Rodgers Creek Fault

The Rodgers Creek Fault is a potentially right-lateral strike-slip fault. The creep rate along the fault is not well characterized, but the fault may be mostly locked with up to 6 mm/yr of creep in places along the northern half of the fault. The total slip rate on the Rodgers Creek Fault is about 9 mm/yr (0.35 inches/yr).

The two most recent moderate sized (M5.6 and 5.7) earthquakes on the Rodgers Creek Fault struck near Santa Rosa in October 1969. An 1893 earthquake near Santa Rosa and an 1898 earthquake near Mare Island are thought to have occurred along or near the Rodgers Creek Fault.

The most recent large, surface rupturing Rodgers Creek Fault occurred between AD 1690 and 1824 (and probably between AD 1715 and 1776). The elapsed time from the last large, surface rupturing earthquake is thus at least 183 years and more likely at least 231 years. The 2003 Working Group for California Earthquake Probability estimated the recurrence interval between large earthquakes on this fault as between 200 and 300 years.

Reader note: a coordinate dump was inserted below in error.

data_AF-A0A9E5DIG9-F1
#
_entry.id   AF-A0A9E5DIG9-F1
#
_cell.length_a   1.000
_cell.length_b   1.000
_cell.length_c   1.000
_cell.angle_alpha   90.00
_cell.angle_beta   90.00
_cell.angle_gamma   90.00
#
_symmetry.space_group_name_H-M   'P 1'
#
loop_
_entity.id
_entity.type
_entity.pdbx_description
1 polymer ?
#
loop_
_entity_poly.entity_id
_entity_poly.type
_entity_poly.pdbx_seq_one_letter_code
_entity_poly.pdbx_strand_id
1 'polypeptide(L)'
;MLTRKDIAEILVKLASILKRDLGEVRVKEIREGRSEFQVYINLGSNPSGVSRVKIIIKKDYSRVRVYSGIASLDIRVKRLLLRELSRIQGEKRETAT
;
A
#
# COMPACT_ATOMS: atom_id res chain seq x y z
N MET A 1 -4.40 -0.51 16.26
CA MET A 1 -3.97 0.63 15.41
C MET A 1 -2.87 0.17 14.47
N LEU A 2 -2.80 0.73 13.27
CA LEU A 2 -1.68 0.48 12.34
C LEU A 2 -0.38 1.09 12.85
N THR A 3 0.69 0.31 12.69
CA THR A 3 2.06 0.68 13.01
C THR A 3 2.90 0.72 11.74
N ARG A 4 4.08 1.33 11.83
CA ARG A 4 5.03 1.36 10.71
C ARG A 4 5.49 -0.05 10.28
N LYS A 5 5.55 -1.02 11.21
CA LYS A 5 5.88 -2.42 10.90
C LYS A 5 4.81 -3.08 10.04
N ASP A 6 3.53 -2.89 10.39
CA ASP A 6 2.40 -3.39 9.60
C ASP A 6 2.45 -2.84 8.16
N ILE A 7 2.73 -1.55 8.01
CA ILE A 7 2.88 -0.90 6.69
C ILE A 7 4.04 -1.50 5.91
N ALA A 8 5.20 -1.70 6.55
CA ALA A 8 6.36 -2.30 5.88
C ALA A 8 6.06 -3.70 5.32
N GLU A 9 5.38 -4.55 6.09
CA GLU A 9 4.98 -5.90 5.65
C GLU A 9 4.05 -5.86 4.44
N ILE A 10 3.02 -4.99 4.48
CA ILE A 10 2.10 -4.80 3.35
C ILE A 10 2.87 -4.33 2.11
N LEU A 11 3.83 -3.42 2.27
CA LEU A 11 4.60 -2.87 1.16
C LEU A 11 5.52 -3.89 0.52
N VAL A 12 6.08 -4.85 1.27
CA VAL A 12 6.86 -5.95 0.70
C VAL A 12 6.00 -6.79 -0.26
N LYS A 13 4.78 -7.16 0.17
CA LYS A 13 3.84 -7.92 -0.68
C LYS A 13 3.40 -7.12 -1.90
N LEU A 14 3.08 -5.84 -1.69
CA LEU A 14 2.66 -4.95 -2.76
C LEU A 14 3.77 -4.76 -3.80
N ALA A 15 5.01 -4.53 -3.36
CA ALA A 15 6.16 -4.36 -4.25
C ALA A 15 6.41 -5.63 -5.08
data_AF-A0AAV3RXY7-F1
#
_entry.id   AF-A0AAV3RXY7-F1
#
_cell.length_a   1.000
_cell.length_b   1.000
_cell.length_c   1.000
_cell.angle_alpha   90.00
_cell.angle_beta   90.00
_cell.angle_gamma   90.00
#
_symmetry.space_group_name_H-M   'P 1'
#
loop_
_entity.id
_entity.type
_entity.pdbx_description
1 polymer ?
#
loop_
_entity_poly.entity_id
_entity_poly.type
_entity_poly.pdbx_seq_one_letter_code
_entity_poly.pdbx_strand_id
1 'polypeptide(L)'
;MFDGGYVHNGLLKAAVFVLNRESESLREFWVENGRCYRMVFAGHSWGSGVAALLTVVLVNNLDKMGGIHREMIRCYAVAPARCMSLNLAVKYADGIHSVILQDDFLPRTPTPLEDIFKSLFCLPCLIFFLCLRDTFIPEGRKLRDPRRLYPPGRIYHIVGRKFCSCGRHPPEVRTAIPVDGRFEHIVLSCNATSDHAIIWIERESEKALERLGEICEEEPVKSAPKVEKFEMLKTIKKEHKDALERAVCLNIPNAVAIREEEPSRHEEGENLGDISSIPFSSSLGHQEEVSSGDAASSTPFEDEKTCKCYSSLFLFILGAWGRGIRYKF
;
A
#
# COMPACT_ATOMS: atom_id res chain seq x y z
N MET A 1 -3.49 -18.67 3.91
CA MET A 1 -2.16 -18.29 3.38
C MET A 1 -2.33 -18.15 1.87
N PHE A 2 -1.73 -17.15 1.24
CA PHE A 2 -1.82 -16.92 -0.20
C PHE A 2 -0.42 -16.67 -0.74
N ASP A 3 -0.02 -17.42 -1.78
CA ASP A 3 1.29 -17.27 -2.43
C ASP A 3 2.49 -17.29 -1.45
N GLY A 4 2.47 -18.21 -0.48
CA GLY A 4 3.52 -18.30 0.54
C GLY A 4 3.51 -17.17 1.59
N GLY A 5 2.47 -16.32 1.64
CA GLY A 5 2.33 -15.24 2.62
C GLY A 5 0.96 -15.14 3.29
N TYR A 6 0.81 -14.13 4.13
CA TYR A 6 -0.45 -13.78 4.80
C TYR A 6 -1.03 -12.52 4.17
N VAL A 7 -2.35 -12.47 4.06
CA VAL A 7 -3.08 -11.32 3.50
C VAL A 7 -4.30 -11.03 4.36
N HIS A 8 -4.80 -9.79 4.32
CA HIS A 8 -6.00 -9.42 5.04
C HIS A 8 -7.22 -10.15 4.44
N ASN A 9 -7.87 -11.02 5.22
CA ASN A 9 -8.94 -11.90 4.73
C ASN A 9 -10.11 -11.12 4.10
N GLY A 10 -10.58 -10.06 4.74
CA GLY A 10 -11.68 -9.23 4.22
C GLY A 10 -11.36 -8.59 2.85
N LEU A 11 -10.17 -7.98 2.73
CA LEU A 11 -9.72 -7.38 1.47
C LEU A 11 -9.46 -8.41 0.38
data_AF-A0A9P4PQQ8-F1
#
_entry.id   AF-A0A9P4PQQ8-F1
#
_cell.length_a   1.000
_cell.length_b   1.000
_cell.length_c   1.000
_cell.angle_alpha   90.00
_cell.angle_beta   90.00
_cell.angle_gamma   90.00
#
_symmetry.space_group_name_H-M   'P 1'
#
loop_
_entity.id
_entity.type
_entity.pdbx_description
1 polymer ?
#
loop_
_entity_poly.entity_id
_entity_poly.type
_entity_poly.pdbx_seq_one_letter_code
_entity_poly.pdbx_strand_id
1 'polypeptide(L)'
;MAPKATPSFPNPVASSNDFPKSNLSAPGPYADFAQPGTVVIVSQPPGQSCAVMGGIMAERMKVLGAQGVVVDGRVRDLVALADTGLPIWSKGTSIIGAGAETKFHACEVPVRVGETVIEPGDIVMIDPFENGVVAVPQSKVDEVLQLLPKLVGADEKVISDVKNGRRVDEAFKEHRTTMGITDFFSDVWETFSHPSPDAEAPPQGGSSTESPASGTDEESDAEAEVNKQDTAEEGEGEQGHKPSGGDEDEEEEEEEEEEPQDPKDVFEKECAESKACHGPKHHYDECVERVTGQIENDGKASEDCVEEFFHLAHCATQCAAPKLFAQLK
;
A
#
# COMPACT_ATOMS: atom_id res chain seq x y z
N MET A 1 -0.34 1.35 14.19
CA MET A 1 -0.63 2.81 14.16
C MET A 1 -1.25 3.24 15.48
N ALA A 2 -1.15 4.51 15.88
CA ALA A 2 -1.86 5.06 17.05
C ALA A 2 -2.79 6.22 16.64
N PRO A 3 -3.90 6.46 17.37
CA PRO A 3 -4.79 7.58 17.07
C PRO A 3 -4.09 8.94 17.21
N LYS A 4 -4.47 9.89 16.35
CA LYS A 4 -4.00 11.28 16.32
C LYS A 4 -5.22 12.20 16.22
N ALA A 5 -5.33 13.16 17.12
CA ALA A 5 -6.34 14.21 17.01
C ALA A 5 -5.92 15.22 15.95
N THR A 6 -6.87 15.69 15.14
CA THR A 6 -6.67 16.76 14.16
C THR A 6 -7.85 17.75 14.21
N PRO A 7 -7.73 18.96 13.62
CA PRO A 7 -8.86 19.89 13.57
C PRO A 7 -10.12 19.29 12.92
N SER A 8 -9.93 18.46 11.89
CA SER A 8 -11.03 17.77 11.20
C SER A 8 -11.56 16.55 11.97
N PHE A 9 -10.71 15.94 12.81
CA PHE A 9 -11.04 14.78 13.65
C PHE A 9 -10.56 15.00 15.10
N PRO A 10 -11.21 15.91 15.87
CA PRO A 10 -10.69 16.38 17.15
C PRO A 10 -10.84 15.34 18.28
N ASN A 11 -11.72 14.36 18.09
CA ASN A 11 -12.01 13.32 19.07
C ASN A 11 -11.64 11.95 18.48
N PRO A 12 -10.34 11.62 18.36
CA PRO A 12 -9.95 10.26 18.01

The Rodgers Creek and Hayward Faults are parallel faults that overlap each other in San Pablo Bay, where they are separated by a distance of about 5 km (3 miles). Given the distance between these parallel faults, the 2003 Working Group for California Earthquake Probability considered scenarios in which both the Rodgers Creek and Hayward Faults ruptured in the same earthquake, most likely due to an epicenter beneath San Pablo Bay.

The 2003 Working Group for California Earthquake Probability assigned a 27% probability that the Hayward-Rodgers Creek Fault system would produce a magnitude 6.7 or larger earthquake in the next 30 years.